Monday, February 20, 2012

"Writing the Mysterious: Notes on the Girl with the Dragon Tattoo" by Bill Johnson

It's a convention in mystery writing to 'start with a body.' Starting with a body sets up some immediate questions: who is the victim? Who killed him or her? Why? What makes the case compelling to the character seeking to solve the murder, and, by extension, to the story's readers?

The Girl with the Dragon Tattoo takes a different tack. Here's there's no body, just a mystery around what happened to a missing girl. It is the mystery of the situation that creates the initial hook to draw in readers. In this essay, I'll set out how that quality of mysteriousness is created.



First sentence, It happened every year, was almost a ritual.

The question here, what happened? What made it like a ritual?

Second sentence, And this was his eighty-second birthday.

This tells us something about who is involved in what's happening.

Third sentence, When, as usual, the flower was delivered, he took off the wrapping paper and then picked up a telephone to call Detective Superintendent Morrel who, when he retired, had moved to Lake Siljan in Dalarna.

That the character here calls a detective about the delivery tells us something unusual and possibly criminal in involved; it also begins to set out a place for the story. It's important to understand the difference in withholding information for dramatic effect (like the meaning of the ritual) and withholding information that gives a reader a sense of time and place. Time and place can be withheld as part of creating mystery, but if not done correctly, it can also create irritation and a sense of an author confused about the craft of telling a story.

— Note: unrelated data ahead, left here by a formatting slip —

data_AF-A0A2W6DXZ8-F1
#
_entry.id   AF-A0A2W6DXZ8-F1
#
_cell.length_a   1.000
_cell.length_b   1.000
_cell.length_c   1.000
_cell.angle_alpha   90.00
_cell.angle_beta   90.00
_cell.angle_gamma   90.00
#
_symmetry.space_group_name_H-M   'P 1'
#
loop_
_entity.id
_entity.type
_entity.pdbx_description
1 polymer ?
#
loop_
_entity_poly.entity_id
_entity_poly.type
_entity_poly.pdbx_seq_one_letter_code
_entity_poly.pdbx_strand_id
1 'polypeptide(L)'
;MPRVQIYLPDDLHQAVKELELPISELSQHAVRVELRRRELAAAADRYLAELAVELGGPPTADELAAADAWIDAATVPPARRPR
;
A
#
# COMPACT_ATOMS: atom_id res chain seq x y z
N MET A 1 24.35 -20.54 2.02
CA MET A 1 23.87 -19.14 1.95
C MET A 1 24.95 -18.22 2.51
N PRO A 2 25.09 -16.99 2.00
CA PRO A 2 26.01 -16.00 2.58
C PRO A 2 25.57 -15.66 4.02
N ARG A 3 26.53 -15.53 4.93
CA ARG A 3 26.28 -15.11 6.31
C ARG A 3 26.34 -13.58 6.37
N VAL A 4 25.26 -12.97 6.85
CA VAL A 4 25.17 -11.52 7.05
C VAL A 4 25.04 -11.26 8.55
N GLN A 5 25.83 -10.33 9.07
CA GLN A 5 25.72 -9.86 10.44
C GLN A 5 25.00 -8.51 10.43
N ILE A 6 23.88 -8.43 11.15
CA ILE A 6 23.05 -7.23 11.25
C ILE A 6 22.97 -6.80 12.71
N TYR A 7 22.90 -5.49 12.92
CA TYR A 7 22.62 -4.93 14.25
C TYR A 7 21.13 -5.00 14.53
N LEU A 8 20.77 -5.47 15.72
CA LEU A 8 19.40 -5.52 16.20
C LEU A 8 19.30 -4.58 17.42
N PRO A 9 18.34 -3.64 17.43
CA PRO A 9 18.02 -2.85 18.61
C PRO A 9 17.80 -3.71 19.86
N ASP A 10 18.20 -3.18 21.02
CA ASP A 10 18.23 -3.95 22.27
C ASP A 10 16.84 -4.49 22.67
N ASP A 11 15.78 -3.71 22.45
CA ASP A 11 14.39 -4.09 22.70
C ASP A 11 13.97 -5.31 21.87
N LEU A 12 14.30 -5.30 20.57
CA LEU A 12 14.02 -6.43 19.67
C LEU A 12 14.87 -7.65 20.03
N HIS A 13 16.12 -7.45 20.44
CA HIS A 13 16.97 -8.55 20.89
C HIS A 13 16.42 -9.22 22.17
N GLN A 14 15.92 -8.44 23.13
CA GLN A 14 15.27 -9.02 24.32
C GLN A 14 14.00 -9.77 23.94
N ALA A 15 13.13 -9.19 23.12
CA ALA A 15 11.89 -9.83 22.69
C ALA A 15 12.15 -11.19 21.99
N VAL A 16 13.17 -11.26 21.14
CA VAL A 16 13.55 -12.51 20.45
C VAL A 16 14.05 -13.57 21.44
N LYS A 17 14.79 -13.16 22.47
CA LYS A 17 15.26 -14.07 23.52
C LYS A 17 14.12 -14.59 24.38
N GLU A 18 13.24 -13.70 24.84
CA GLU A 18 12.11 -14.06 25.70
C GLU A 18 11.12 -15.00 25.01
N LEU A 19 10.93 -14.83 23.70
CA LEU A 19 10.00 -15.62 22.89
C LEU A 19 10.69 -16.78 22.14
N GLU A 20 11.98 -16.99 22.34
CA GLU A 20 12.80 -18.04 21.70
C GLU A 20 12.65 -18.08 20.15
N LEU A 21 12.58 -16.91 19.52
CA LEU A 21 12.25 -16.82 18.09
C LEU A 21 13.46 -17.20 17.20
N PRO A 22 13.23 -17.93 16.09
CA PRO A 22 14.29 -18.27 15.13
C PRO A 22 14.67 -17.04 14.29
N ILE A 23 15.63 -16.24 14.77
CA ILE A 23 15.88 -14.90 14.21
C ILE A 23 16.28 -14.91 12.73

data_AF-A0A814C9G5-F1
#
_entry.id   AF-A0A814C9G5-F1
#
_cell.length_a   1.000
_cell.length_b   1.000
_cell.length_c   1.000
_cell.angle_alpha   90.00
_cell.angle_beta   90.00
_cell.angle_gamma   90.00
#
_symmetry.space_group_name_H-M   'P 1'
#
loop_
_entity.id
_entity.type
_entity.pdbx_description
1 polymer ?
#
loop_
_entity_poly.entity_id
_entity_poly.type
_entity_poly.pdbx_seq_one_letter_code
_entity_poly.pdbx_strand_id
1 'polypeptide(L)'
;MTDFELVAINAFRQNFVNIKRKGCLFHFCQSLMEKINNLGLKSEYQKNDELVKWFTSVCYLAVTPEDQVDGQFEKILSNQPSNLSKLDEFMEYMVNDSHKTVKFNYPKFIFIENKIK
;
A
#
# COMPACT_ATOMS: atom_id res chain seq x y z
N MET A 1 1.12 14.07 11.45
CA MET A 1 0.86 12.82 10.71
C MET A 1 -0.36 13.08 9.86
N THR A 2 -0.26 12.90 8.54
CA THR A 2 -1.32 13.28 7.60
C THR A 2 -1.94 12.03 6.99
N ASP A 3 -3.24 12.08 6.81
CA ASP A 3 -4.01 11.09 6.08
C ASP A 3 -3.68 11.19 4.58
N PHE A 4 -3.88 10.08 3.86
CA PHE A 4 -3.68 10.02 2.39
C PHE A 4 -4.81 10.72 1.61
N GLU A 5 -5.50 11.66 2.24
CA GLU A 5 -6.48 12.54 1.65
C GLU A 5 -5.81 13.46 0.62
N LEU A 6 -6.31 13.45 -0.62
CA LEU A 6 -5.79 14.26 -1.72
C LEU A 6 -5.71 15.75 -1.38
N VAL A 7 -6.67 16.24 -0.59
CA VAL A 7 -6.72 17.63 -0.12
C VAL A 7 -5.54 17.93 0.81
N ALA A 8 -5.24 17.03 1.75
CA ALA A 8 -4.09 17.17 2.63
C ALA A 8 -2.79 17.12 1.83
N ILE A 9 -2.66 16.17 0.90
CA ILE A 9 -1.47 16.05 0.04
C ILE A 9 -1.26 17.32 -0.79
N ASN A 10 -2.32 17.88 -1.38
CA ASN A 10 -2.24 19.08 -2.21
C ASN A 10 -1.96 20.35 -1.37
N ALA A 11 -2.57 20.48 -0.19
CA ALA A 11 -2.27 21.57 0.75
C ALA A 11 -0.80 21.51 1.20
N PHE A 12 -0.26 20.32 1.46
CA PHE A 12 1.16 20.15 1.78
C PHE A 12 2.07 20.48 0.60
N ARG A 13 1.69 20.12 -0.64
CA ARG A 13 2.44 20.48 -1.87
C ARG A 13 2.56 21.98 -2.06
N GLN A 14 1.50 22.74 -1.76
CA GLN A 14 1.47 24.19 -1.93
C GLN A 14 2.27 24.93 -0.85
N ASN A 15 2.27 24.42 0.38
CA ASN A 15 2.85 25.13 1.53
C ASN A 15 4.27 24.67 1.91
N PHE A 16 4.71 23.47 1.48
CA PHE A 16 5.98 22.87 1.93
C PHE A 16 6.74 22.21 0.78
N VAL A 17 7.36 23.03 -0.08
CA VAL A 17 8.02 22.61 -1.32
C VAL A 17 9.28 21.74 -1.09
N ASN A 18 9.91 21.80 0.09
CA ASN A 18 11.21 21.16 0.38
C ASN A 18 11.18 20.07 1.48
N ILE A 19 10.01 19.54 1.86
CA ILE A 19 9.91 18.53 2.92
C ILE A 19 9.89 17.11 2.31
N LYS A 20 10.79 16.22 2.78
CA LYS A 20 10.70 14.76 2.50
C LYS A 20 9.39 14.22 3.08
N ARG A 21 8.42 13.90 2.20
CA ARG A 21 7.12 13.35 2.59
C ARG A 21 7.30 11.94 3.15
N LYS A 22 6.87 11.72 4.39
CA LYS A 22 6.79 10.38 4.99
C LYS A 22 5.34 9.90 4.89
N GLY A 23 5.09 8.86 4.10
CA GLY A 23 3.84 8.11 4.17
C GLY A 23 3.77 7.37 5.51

Fourth sentence, They were not only the same age, they had been born on the same day—which was something of an irony under the circumstances.

Why this is an irony is another mysterious question.

Last sentence of paragraph, The old policeman was sitting with his coffee, waiting, expecting the call.


So, the delivery of the flower happens every year on the old man's birthday, and it involves information that he immediately relays to a detective. Yes, this is mysterious, but there's a concrete quality to the information. It's a great hook and creates the necessary effect of a first paragraph: the reader is pulled forward to read a second paragraph.

The old man and the detective have a conversation about the flower, but the upshot is that it revolves around a mystery that 'which no-one else in the whole world had the least interest in unraveling.

This raises the question, so why is the mystery so compelling to these two men? What is the mystery?

Also, characters in novel must exist in a state of narrative tension to sustain the drama in a novel. Here, we're introduced to the tension these characters feel about this situation of the annual delivery of a picture of a flower, ahead of more mundane details about what they look like. Without narrative tension, a novel manuscript is simply a collection of details that turn in to an impassable swamp.

After a line break, the novel continues with a description of the flower, that it is native to the Australian bush. This is foreshadowing. It seems like an unimportant note here, but, understood in the correct context, it would solve the mystery of the flower and its delivery to the old man. But he doesn't know that, and we don't know that, but the author does. And he plants this clue here knowing exactly what it means.

The question here for the old man is, could the flower by grown in Sweden? That gives us a place for this story. The last line of this section, It needed pampering, is also suggestive in a way that won't be clear for hundreds of pages.